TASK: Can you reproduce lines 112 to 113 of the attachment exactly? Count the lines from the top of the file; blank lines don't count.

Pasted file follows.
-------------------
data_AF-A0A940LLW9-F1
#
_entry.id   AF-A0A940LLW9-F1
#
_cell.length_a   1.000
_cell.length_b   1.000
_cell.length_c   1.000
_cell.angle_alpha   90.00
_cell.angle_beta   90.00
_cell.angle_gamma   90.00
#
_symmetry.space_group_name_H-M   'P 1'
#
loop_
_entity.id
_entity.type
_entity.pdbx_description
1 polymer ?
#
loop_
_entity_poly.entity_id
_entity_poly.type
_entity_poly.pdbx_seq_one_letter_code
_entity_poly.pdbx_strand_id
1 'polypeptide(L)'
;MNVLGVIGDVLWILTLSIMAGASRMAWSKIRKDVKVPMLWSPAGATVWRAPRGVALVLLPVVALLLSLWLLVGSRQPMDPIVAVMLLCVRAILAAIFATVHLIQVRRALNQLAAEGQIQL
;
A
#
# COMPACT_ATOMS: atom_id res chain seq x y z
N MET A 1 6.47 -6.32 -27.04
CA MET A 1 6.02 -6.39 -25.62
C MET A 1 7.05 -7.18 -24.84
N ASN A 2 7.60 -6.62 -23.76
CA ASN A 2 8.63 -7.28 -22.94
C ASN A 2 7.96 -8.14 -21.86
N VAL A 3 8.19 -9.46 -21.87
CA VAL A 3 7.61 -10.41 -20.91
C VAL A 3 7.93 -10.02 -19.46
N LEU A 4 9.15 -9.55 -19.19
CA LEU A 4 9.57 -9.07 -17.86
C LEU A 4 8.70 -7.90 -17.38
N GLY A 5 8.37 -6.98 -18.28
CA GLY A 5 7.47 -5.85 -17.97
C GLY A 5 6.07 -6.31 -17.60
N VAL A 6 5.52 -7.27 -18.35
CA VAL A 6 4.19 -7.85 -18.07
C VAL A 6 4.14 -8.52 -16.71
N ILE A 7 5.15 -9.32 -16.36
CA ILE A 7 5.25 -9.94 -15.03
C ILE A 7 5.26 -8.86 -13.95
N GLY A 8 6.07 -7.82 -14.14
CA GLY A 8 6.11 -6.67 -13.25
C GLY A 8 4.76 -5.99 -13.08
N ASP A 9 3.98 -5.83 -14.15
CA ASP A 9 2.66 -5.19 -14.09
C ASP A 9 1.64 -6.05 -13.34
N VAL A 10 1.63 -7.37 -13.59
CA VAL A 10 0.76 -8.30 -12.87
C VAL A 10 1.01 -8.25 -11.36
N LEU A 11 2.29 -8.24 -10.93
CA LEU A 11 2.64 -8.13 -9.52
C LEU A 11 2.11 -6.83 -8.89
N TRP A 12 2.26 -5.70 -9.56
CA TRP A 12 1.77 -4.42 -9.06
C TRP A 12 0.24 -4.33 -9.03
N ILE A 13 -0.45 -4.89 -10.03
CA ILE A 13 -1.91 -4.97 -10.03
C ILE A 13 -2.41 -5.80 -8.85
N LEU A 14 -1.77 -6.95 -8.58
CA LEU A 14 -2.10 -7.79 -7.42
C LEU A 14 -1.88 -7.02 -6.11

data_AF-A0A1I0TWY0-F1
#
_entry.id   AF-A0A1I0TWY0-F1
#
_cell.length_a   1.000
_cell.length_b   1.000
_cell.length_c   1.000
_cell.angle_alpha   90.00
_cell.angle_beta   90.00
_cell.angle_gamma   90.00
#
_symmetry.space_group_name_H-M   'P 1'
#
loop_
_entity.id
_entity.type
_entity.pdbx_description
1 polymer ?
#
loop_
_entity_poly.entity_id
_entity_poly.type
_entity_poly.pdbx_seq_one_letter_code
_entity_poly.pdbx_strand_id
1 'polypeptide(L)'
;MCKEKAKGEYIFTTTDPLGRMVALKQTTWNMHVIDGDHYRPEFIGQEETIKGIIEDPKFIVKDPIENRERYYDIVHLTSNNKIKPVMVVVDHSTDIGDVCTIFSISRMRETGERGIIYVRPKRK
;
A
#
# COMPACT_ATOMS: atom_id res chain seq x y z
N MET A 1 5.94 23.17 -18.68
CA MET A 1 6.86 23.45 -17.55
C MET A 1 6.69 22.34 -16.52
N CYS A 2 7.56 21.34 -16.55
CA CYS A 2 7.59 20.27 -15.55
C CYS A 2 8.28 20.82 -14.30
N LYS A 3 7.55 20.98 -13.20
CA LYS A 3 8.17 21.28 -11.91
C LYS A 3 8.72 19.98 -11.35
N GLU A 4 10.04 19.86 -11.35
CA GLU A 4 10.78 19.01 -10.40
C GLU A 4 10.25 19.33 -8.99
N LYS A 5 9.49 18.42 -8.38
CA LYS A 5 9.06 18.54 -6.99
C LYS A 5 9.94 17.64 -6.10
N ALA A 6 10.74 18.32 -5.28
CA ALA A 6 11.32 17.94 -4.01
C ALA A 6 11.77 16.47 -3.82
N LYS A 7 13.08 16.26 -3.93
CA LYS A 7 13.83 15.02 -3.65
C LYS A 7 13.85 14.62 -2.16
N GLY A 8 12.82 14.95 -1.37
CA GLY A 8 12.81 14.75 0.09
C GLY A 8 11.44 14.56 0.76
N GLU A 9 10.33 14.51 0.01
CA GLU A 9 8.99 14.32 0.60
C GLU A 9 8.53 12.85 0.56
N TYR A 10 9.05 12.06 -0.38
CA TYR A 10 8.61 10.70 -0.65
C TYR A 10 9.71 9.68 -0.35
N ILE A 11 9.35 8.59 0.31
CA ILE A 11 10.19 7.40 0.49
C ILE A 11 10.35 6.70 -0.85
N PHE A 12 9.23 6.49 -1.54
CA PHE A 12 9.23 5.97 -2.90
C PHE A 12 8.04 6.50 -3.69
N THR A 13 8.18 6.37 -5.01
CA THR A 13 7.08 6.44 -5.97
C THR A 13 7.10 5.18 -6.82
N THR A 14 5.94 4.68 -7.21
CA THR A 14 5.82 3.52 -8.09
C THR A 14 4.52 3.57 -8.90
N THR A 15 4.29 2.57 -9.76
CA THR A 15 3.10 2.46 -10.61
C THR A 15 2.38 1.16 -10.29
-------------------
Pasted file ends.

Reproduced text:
N GLU A 4 10.04 19.86 -11.35
CA GLU A 4 10.78 19.01 -10.40